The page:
Cancer cell-intrinsic expression of MHC II in lung cancer cell lines is actively restricted by MEK/ERK signaling and epigenetic mechanisms

J Immunother Cancer. 2020 Apr;8(1):e000441. doi: 10.1136/jitc-2019-000441.


Background: Programmed death 1/programmed death ligand 1 (PD-1/PD-L1) targeted immunotherapy affords clinical benefit in ~20% of unselected patients with lung cancer. The factor(s) that determine whether a tumor responds or fails to respond to immunotherapy remains an active area of investigation. We have previously defined divergent responsiveness of two KRAS-mutant cell lines to PD-1/PD-L1 blockade using an orthotopic, immunocompetent mouse model. Responsiveness to PD-1/PD-L1 checkpoint blockade correlates with an interferon gamma (IFNγ)-inducible gene signature and major histocompatibility complex class II (MHC II) expression by cancer cells. In the current study, we aim to identify therapeutic targets that can be manipulated in order to enhance cancer-cell-specific MHC II expression.

Methods: Responsiveness to IFNγ and induction of MHC II expression was assessed after various treatment conditions in mouse and human non-small cell lung cancer (NSCLC) cell lines using mass cytometric and flow cytometric analysis.

Results: Single-cell analysis using mass and flow cytometry demonstrated that IFNγ consistently induced PD-L1 and MHC class I (MHC I) across multiple murine and human NSCLC cell lines. In contrast, MHC II showed highly variable induction following IFNγ treatment both between lines and within lines. In mouse models of NSCLC, MHC II induction was inversely correlated with basal levels of phosphorylated extracellular signal-regulated kinase (ERK) 1/2, suggesting potential mitogen-activated protein (MAP) kinase-dependent antagonism of MHC II expression. To test this, cell lines were subjected to varying levels of stimulation with IFNγ, and assessed for MHC II expression in the presence or absence of mitogen-activated protein kinase kinase (MEK) inhibitors. IFNγ treatment in the presence of MEK inhibitors significantly enhanced MHC II induction across multiple lung cancer lines, with minimal impact on expression of either PD-L1 or MHC I. Inhibition of histone deacetylases (HDACs) also enhanced MHC II expression to a more modest extent. Combined MEK and HDAC inhibition led to greater MHC II expression than either treatment alone.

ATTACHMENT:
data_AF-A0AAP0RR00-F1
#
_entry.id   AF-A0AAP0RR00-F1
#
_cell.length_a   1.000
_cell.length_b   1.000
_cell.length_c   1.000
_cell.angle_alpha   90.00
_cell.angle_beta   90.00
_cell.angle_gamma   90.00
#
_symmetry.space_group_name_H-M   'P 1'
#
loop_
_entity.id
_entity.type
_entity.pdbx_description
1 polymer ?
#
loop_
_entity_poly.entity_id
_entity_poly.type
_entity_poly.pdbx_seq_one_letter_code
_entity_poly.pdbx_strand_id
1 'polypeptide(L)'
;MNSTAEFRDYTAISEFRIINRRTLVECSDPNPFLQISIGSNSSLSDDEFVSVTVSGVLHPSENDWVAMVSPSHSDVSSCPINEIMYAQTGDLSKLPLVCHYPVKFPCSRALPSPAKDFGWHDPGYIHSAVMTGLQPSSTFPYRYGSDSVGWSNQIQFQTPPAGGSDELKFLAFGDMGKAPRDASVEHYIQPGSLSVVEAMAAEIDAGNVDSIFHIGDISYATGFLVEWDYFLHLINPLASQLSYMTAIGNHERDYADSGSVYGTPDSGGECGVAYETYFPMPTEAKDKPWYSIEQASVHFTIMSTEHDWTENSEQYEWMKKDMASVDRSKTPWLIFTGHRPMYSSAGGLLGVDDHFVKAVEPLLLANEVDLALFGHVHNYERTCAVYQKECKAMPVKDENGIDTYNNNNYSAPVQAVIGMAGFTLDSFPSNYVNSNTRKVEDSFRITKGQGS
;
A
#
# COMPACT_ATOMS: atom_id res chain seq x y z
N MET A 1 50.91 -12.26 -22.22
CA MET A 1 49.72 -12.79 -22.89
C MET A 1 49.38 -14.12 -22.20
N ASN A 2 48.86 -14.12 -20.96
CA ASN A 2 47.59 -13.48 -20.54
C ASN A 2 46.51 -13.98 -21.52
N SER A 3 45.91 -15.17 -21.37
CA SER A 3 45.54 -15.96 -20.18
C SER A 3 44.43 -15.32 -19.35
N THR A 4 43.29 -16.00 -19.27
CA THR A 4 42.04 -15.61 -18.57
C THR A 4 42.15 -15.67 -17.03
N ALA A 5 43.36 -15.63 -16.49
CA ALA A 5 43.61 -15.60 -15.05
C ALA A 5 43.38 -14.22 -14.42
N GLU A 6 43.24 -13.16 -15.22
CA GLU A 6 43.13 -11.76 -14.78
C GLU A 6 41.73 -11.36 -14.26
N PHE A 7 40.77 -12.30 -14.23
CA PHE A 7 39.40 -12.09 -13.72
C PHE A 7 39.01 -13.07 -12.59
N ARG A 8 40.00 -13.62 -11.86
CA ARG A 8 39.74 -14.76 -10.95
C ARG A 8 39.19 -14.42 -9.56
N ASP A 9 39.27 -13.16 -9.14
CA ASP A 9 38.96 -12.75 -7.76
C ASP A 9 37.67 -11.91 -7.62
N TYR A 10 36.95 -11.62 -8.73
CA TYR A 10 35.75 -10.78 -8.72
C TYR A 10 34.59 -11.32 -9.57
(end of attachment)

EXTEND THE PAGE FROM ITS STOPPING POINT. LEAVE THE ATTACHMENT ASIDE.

Conclusions: These studies emphasize the active inhibitory role that epigenetic and ERK signaling cascades have in restricting cancer cell-intrinsic MHC II expression in NSCLC, and suggest that combinatorial blockade of these pathways may engender new responsiveness to checkpoint therapies.

Keywords: immunology; interferon; tumours.

Publication types

  • Research Support, N.I.H., Extramural
  • Research Support, Non-U.S. Gov't
  • Research Support, U.S. Gov't, Non-P.H.S.

MeSH terms

  • Animals
  • Antiviral Agents / pharmacology
  • B7-H1 Antigen / genetics
  • B7-H1 Antigen / metabolism*
  • Epigenesis, Genetic*
  • Extracellular Signal-Regulated MAP Kinases / genetics
  • Extracellular Signal-Regulated MAP Kinases / metabolism*
  • Gene Expression Regulation, Neoplastic*
  • Histocompatibility Antigens Class II / genetics
  • Histocompatibility Antigens Class II / metabolism*
  • Humans
  • Interferon-gamma / pharmacology
  • Lung Neoplasms / drug therapy
  • Lung Neoplasms / immunology
  • Lung Neoplasms / metabolism
  • Lung Neoplasms / pathology*
  • Mice
  • Mitogen-Activated Protein Kinases / genetics
  • Mitogen-Activated Protein Kinases / metabolism*
  • Tumor Cells, Cultured


  • Antiviral Agents
  • B7-H1 Antigen
  • CD274 protein, human
  • Histocompatibility Antigens Class II
  • Interferon-gamma
  • Extracellular Signal-Regulated MAP Kinases
  • Mitogen-Activated Protein Kinases